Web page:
• State of the art control of nitrogen oxides emissions in incineration is generally achieved by combustion modifications. There are typically two techniques used; low nitrogen oxides burners and combustion staging. Low nitrogen oxides burners lower the flame temperature thereby forming less nitrogen oxides. In combustion staging, in the primary stage the initial combustion is carried out with limited air present, thereby forming a fuel rich environment. This ensures the formation of a reducing zone immediately downstream of the primary combustion zone where nitrogen oxides are reduced by a high level of carbon monoxide being present in the combustion products. In the second stage of the process, secondary air is introduced to complete the oxidation of combustion products including the carbon monoxide with or without the addition of supplemental fuel. Ammonia may be injected to lower nitrogen oxides by the SNCR (selective non catalytic reduction) method. A higher end method for controlling nitrogen oxides for combusting processes is SCR (selective catalytic reduction). This is not a preferred method for treating incineration exhaust due to a variety of reasons including expensive capital costs and energy intensive configurations required to offer sustainable performance.
  • The practice of enriching air with gaseous oxygen for improving combustion processes in glass and metal furnaces is well known. Using oxygen enrichment in incineration is fairly uncommon. Oxygen enrichment can improve both the thermal destruction of waste as well as increase throughput. Oxygen enrichment, however, is well known to increase nitrogen oxides formation in combustion processes. Environmental permits generally restrict an incineration facility from increasing throughput when it results in higher emissions. Air pollution control systems fitted on incinerators can generally handle a higher load of other air pollutants such as sulfur oxides, particulates, acid gases such as HCl, HF, Cl2, heavy metals and organic toxins such as dioxins, furans and PCBs, without sacrificing performance while nitrogen oxides control remains difficult.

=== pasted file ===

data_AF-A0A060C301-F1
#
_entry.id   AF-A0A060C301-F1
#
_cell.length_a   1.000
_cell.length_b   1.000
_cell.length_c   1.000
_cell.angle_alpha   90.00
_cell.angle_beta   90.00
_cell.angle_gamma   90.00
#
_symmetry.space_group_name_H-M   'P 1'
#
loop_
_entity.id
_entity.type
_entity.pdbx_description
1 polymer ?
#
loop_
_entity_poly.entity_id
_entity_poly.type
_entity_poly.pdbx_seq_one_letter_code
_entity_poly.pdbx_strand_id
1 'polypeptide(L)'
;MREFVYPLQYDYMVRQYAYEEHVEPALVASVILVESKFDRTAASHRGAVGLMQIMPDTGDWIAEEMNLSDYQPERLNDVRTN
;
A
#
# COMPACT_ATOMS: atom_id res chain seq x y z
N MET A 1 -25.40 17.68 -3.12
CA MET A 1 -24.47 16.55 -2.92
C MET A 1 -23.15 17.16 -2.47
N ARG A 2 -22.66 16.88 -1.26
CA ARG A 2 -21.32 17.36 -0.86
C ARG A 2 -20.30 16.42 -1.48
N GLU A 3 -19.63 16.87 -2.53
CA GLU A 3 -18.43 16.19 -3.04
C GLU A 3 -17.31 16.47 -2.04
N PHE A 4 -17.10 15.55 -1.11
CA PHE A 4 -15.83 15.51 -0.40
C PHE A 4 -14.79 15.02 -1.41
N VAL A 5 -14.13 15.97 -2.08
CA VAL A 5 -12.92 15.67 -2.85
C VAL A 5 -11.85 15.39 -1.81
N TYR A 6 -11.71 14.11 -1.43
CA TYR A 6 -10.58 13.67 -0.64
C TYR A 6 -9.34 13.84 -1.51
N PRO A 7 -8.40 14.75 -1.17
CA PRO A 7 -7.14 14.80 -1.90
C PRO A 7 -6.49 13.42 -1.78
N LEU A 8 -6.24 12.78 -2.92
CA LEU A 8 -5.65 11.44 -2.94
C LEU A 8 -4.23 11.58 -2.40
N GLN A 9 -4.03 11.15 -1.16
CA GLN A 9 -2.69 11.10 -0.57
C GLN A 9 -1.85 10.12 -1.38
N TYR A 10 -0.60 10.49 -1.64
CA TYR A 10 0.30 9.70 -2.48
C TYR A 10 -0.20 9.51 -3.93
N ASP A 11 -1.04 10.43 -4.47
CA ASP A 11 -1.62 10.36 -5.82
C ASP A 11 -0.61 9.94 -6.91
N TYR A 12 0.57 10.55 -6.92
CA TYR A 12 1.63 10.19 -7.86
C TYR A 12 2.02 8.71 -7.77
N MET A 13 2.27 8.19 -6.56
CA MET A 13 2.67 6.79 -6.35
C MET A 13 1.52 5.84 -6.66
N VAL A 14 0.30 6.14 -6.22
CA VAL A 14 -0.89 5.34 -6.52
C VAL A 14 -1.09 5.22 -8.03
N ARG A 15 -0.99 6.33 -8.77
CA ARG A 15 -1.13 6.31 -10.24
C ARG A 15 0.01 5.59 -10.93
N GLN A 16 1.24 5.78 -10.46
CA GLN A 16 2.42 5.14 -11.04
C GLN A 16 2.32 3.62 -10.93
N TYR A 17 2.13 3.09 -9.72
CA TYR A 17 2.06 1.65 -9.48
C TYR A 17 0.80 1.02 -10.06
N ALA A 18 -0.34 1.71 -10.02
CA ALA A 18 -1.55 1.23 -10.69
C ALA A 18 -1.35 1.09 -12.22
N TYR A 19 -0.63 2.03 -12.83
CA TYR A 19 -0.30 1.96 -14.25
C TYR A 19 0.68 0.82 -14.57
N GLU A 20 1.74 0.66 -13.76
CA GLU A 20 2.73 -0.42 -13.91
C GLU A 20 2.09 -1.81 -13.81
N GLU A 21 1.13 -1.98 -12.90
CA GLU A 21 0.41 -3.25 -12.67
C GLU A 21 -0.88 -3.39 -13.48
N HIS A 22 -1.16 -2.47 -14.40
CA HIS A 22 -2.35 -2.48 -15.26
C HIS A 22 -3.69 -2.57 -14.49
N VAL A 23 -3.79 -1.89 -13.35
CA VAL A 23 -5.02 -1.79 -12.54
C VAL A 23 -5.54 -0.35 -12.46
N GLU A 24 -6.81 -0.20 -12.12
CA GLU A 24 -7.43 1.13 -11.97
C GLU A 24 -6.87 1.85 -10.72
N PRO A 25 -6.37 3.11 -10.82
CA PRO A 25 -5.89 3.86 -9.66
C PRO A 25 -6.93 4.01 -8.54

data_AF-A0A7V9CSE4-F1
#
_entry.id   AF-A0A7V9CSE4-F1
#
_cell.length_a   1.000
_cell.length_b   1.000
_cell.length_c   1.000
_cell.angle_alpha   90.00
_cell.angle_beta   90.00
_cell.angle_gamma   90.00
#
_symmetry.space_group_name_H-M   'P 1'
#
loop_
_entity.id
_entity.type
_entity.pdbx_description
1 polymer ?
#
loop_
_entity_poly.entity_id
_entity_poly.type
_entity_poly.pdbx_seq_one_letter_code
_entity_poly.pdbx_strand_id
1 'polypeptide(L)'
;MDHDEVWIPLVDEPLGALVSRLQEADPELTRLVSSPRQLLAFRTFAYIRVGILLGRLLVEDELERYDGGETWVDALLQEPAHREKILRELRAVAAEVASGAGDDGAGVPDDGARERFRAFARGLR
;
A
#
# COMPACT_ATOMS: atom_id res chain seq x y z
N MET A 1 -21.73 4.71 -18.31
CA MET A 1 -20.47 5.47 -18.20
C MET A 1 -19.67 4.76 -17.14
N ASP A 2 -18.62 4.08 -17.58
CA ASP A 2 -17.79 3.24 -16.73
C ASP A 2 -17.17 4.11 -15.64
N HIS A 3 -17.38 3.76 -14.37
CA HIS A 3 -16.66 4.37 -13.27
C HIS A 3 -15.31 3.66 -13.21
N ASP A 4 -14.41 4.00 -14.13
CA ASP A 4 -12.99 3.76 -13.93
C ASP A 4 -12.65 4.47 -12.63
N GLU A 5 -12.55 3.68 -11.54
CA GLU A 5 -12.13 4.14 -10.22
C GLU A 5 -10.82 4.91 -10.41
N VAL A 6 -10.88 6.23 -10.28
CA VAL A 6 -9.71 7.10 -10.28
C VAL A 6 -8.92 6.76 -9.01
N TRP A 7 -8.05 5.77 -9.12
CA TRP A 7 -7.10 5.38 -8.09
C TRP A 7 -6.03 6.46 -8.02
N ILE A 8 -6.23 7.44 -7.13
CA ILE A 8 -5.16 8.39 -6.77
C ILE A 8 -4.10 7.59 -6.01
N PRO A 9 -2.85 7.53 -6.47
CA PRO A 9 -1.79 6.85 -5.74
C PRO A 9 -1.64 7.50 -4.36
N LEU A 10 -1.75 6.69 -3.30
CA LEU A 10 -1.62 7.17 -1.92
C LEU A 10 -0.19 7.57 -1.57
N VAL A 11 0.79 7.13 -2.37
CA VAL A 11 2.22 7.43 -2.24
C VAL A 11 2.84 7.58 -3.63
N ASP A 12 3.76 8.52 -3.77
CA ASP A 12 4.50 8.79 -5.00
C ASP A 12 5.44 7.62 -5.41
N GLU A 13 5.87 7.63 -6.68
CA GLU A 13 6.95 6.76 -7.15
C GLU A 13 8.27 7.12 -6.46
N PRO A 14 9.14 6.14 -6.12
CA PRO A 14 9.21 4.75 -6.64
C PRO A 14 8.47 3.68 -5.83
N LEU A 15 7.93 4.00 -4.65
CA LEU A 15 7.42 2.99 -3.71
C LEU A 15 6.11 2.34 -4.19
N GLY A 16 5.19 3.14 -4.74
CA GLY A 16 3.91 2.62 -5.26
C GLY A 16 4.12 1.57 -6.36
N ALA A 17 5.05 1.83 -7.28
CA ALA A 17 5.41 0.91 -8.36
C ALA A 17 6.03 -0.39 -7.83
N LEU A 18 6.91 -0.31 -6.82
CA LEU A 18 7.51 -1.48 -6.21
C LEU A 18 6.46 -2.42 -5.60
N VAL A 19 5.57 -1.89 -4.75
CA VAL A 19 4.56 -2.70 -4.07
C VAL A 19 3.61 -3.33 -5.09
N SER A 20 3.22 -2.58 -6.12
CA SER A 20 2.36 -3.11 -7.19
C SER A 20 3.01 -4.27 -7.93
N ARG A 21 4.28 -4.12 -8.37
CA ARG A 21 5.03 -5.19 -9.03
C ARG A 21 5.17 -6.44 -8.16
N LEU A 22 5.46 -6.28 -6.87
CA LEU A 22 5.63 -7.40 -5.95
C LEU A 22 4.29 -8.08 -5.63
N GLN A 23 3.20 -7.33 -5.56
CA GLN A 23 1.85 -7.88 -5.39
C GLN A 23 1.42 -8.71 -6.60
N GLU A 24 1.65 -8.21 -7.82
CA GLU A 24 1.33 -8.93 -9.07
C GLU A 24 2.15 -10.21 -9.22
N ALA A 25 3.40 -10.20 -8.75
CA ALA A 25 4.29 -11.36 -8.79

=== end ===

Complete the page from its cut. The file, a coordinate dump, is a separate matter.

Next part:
• Incineration processes are under increased scrutiny due to concern about public health and the environment and will require superior flue gas cleanup before emission into the atmosphere particularly when throughput is enhanced,
  • The invention combines oxygen enrichment with ozone based control of contaminants. This process will allow for a higher throughput of waste gas streams emanating from the incineration unit while also lowering the emission of contaminants to the atmosphere. The oxygen requirement is a small increment of what is required for oxygen enrichment and can be delivered from the same oxygen supply system as that which supplies the ozone generator, By increasing throughput in the same equipment, the unit cost of waste processed can be lowered even with the supplemental cost of nitrogen oxides control.
  • The oxygen enrichment and ozone based nitrogen oxides removal offers the ability to debottleneck the incineration process at minimal capital investment; with the least interruption to production activity; involves minimal changes in processing equipment; provides robust and superior nitrogen oxides removal while reducing the unit cost of the waste disposed of.
  • SUMMARY OF THE INVENTION
  • In a first embodiment of the invention, there is disclosed a method for removing contaminants from a gas stream exiting an incineration device comprising the steps:
  • a) Feeding waste, fuel and an air supply to a combustion chamber in the incineration device;
  • b) Feeding oxygen to a mixture of the waste, fuel and air supply;
  • c) Combusting the mixture thereby forming a combustion waste gas stream containing contaminants;
  • d) Feeding the combustion waste gas stream to a quench unit; whereby the combustion waste gas stream is reduced in temperature;
  • e) Feeding the combustion waste gas stream to a reaction zone;
  • f) Feeding ozone to the reaction zone whereby the ozone and combustion waste gas stream remain in contact for a predetermined period of time; and
  • g) Feeding the combustion waste gas stream to a scrubber, wherein the contaminants are removed.